Readers of my newspaper and my social media friends know that Tuesday, July 11, 2023, a severe thunderstorm struck the town where I live, Byng, Oklahoma.
I don’t know if the storm was straight-line winds or a tornado, but it made a lot of noise, and did a fair amount of tree damage.
Fortunately, only a small number of structures suffered any damage. The house where I live, for instance, lost just one siding panel, which I nailed back up with no trouble at all.
Power lines across the street were taken to the ground by falling trees, and the power was off for 13 hours as a result.
The trees – mine and most of my neighbors’ – got pretty roughed up. Two maple trees along my 100-yard driveway, for example, dropped large branches onto my driveway, such that while I was trying to figure out how to clear them out of the way so I could use the driveway, my next-door neighbor Mike showed up with his tractor, attached a chain to the branches, and pulled them into the pasture, out of the way.
Those weren’t the only trees of mine that shed limbs or need further pruning, but it allowed me to get the cars out of the driveway without any off-road excursions.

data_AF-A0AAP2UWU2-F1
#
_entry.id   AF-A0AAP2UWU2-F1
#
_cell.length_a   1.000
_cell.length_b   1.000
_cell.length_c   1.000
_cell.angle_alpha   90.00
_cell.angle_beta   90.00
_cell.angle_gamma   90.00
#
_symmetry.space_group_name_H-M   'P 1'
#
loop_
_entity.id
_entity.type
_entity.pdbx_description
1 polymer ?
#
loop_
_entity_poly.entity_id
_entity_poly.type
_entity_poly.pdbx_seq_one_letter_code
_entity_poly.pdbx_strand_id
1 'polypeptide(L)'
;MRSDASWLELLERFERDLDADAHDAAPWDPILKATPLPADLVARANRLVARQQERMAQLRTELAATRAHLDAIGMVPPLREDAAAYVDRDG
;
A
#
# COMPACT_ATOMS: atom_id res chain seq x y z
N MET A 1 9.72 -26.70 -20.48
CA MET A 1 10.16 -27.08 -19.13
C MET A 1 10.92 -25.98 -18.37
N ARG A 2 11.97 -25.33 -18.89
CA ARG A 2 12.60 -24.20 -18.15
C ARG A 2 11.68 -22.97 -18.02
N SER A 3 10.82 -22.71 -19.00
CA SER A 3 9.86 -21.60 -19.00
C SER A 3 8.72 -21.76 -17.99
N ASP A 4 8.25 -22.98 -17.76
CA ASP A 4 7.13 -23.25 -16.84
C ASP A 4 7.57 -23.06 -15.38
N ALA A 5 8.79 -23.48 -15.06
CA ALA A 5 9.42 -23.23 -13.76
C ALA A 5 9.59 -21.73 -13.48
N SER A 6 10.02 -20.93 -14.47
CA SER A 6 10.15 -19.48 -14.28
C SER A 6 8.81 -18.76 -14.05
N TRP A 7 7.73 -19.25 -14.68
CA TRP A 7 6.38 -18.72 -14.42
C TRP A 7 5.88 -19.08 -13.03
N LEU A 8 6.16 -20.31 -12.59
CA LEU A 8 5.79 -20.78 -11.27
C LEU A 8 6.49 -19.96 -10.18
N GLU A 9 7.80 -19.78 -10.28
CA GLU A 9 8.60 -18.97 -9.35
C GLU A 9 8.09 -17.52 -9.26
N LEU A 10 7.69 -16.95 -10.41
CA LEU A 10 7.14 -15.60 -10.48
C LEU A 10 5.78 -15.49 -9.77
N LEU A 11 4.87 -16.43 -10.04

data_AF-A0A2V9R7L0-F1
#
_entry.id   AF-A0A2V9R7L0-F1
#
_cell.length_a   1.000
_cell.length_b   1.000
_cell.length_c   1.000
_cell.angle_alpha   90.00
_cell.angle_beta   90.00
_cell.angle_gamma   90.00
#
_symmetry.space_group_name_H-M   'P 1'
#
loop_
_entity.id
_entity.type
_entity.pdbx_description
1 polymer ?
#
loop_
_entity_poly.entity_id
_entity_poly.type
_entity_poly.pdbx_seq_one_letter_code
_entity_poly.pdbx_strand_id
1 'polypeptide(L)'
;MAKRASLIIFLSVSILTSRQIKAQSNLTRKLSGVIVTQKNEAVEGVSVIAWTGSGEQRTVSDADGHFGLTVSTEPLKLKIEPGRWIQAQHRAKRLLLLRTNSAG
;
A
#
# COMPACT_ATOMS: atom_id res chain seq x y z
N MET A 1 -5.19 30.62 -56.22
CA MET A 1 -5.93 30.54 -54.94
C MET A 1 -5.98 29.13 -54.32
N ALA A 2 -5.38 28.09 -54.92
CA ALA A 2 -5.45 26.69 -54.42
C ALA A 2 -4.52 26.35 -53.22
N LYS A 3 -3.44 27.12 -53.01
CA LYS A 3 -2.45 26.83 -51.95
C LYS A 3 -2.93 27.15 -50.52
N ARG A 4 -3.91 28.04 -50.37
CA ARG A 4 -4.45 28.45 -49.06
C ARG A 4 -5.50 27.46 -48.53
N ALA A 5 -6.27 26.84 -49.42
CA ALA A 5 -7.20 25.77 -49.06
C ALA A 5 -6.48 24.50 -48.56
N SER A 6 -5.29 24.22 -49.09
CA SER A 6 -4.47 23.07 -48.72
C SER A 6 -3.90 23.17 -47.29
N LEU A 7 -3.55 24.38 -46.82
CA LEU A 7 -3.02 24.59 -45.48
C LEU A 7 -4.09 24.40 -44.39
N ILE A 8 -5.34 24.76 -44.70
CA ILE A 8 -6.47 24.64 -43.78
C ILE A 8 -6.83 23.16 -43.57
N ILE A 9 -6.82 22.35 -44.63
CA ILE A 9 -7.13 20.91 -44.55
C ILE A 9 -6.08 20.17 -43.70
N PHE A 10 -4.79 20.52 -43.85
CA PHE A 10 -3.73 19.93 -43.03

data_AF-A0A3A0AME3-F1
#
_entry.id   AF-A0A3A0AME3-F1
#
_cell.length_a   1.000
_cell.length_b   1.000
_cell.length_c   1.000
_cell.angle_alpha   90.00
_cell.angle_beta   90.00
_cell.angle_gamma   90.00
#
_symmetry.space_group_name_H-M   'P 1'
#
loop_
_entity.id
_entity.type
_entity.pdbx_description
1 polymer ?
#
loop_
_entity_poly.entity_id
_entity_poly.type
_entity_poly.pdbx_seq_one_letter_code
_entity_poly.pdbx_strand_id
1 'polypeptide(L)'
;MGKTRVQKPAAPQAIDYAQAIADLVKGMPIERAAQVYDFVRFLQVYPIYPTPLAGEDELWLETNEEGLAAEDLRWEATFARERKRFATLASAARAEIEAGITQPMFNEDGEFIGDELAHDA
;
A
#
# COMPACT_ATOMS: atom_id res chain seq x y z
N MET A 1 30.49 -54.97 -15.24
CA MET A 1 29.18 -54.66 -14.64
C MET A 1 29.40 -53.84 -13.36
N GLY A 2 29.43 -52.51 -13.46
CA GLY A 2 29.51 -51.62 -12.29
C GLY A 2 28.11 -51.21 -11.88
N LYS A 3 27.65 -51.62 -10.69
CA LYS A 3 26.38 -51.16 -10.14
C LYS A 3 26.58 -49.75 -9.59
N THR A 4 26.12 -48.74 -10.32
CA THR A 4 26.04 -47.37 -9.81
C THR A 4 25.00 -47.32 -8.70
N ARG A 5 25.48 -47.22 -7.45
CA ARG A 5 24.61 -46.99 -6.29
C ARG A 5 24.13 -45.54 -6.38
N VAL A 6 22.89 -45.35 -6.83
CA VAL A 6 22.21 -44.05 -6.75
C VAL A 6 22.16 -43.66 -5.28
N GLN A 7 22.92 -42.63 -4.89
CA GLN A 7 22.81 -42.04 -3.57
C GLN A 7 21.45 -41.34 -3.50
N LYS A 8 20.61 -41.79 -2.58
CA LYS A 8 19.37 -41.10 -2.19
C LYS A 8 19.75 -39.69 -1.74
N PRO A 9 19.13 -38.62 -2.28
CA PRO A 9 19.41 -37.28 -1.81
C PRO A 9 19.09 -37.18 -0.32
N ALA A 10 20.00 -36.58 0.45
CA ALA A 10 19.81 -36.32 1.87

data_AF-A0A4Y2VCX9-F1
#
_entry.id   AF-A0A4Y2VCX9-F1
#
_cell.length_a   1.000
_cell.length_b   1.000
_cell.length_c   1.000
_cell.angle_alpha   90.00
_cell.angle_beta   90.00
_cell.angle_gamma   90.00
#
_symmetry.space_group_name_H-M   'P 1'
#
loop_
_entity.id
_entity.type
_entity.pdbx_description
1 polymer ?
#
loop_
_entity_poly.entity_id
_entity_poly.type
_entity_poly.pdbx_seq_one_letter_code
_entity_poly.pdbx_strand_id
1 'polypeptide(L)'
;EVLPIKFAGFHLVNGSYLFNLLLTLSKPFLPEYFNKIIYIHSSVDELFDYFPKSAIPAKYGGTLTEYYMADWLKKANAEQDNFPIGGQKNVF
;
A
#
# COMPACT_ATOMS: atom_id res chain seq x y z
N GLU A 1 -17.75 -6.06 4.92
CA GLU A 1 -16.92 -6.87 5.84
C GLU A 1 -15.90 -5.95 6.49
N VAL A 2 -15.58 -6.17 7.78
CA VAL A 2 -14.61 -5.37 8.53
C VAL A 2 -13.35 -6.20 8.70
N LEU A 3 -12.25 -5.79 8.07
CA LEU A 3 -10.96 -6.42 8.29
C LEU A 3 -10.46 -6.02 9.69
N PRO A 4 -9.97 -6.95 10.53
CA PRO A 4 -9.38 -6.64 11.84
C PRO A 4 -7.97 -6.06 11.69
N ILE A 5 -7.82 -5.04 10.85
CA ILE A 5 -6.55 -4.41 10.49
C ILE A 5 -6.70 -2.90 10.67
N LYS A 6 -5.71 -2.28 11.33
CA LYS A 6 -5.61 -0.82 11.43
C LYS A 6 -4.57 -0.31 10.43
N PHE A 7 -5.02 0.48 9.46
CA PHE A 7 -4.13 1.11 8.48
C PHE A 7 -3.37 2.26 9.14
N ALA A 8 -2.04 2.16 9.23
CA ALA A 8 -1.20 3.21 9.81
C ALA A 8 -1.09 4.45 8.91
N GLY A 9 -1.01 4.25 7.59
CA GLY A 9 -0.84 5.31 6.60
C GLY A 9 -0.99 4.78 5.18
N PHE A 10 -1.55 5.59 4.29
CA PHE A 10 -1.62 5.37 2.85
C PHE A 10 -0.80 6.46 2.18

The last couple of day, I’ve use my six-inch, battery-operated chain saw to dice up some of the branches into manageable sections, allowing me to drag them to the brush pile.
Marry this for a minute with the fact that our guest at Ada Sunrise Rotary Friday was Briana Coureur, who talked to us about paths to health and fitness. I told her that this activity, dragging branches across a pasture on a summer evening, was a legitimate workout, and she agreed.
I still have a way to go. My most-damaged tree is the giant black walnut on the north side of the house. One entire main branch blew down, though only mostly, since it is still hanging on by a sliver of bark. Other parts of this 125-year-old tree are damaged too. My plan is to clear out all I can by hand, then re-assess.